This is the opposite of the previous lesson. A low key photo is pretty much black on black, or at least very dark on dark. This kind of photo can create a sense of intimacy, foreboding, sadness, and / or heaviness. You might have a face or object rimmed with light in a silhouette, but dark on the side towards the camera and dark background.
The problem with shooting dark on dark is that the camera will try to lighten the image up making the picture look washed out and grey.
For this shot you'll need a really dark cloth, preferably black, and an object that is dark or has some dark tones in it. You could shoot a portrait of a dark haired person in dark clothing against a black or dark background for a low-key portrait.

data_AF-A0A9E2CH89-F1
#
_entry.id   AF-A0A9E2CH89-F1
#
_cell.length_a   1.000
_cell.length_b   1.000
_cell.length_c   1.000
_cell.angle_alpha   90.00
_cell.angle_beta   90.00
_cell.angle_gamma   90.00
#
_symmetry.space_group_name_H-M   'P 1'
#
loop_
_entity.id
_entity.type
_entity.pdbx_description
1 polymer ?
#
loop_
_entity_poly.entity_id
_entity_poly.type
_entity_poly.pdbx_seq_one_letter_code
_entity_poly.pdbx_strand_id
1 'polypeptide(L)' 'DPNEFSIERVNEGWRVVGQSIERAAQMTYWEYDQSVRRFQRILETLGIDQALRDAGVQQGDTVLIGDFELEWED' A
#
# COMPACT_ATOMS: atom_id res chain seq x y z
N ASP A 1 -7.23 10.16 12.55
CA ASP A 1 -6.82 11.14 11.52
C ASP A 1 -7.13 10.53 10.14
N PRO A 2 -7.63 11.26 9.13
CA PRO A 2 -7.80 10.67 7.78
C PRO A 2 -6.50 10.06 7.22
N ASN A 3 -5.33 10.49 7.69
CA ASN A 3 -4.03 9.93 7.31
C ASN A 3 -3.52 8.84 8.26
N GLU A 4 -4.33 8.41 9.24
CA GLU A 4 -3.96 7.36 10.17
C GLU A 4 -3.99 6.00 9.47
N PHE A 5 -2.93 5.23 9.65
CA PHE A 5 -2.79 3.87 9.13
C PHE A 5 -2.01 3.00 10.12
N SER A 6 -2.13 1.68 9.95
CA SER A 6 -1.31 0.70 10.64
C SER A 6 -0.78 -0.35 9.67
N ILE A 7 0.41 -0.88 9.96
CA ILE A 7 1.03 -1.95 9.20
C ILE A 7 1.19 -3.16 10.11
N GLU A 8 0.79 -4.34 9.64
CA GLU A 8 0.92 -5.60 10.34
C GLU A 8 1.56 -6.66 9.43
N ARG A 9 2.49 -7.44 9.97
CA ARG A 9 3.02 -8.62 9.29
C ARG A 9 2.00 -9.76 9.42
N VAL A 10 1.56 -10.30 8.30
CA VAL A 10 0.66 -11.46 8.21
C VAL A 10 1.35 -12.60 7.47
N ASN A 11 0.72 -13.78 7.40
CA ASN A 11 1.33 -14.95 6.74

Note: Shooting an object or person that is very light or white against black has a different effect and is not really considered "low key", although it can be striking image anyways.
Exercise: First, shoot the image with what you camera says is the right exposure. Very few in-camera meters will render this scene accurately. Now, take a meter reading on something dark/black that has the light hitting it and close the aperture two stops (i.e. if it is ƒ1.8 you'll want to go to ƒ4.)
Compare the two images and see what difference it made.